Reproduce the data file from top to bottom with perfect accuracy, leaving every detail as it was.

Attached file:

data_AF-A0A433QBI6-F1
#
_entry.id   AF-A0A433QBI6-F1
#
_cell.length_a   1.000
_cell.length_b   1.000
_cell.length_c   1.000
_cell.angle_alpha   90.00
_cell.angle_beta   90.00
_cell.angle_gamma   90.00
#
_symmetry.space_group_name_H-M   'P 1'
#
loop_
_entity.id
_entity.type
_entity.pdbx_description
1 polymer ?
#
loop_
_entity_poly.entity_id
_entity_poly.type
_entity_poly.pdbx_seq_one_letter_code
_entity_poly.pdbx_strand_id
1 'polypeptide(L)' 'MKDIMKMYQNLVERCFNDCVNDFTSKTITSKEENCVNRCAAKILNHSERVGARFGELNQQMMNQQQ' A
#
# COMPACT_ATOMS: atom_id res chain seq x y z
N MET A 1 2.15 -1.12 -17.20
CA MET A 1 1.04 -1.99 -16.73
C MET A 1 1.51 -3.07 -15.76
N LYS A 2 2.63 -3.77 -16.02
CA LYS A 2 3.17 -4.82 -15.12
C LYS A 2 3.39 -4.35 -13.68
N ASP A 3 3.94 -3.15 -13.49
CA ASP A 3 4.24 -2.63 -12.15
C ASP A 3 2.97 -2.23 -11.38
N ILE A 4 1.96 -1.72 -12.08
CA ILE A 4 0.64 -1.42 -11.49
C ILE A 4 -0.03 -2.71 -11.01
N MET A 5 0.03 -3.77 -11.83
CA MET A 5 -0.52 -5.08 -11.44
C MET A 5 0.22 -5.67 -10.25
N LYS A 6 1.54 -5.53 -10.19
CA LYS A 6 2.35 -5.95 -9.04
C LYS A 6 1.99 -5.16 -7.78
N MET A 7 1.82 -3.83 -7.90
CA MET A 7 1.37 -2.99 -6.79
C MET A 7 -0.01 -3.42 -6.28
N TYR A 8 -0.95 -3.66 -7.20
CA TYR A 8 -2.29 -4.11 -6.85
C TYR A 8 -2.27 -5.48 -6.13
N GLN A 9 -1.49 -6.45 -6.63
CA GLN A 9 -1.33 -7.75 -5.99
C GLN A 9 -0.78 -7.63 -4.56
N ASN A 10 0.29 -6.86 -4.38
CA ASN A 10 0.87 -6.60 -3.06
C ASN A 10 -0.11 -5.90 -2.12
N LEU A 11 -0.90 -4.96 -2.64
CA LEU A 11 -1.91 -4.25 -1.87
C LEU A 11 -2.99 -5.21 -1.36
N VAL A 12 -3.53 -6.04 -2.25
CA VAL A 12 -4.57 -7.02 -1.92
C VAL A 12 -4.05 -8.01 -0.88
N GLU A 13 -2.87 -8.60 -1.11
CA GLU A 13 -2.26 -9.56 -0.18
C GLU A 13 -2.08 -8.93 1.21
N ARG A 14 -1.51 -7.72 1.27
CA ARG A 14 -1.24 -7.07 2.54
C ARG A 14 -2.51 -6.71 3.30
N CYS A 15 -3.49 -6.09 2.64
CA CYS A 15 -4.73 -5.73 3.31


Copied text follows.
data_AF-A0A433QBI6-F1
#
_entry.id   AF-A0A433QBI6-F1
#
_cell.length_a   1.000
_cell.length_b   1.000
_cell.length_c   1.000
_cell.angle_alpha   90.00
_cell.angle_beta   90.00
_cell.angle_gamma   90.00
#
_symmetry.space_group_name_H-M   'P 1'
#
loop_
_entity.id
_entity.type
_entity.pdbx_description
1 polymer ?
#
loop_
_entity_poly.entity_id
_entity_poly.type
_entity_poly.pdbx_seq_one_letter_code
_entity_poly.pdbx_strand_id
1 'polypeptide(L)' 'MKDIMKMYQNLVERCFNDCVNDFTSKTITSKEENCVNRCAAKILNHSERVGARFGELNQQMMNQQQ' A
#
# COMPACT_ATOMS: atom_id res chain seq x y z
N MET A 1 2.15 -1.12 -17.20
CA MET A 1 1.04 -1.99 -16.73
C MET A 1 1.51 -3.07 -15.76
N LYS A 2 2.63 -3.77 -16.02
CA LYS A 2 3.17 -4.82 -15.12
C LYS A 2 3.39 -4.35 -13.68
N ASP A 3 3.94 -3.15 -13.49
CA ASP A 3 4.24 -2.63 -12.15
C ASP A 3 2.97 -2.23 -11.38
N ILE A 4 1.96 -1.72 -12.08
CA ILE A 4 0.64 -1.42 -11.49
C ILE A 4 -0.03 -2.71 -11.01
N MET A 5 0.03 -3.77 -11.83
CA MET A 5 -0.52 -5.08 -11.44
C MET A 5 0.22 -5.67 -10.25
N LYS A 6 1.54 -5.53 -10.19
CA LYS A 6 2.35 -5.95 -9.04
C LYS A 6 1.99 -5.16 -7.78
N MET A 7 1.82 -3.83 -7.90
CA MET A 7 1.37 -2.99 -6.79
C MET A 7 -0.01 -3.42 -6.28
N TYR A 8 -0.95 -3.66 -7.20
CA TYR A 8 -2.29 -4.11 -6.85
C TYR A 8 -2.27 -5.48 -6.13
N GLN A 9 -1.49 -6.45 -6.63
CA GLN A 9 -1.33 -7.75 -5.99
C GLN A 9 -0.78 -7.63 -4.56
N ASN A 10 0.29 -6.86 -4.38
CA ASN A 10 0.87 -6.60 -3.06
C ASN A 10 -0.11 -5.90 -2.12
N LEU A 11 -0.90 -4.96 -2.64
CA LEU A 11 -1.91 -4.25 -1.87
C LEU A 11 -2.99 -5.21 -1.36
N VAL A 12 -3.53 -6.04 -2.25
CA VAL A 12 -4.57 -7.02 -1.92
C VAL A 12 -4.05 -8.01 -0.88
N GLU A 13 -2.87 -8.60 -1.11
CA GLU A 13 -2.26 -9.56 -0.18
C GLU A 13 -2.08 -8.93 1.21
N ARG A 14 -1.51 -7.72 1.27
CA ARG A 14 -1.24 -7.07 2.54
C ARG A 14 -2.51 -6.71 3.30
N CYS A 15 -3.49 -6.09 2.64
CA CYS A 15 -4.73 -5.73 3.31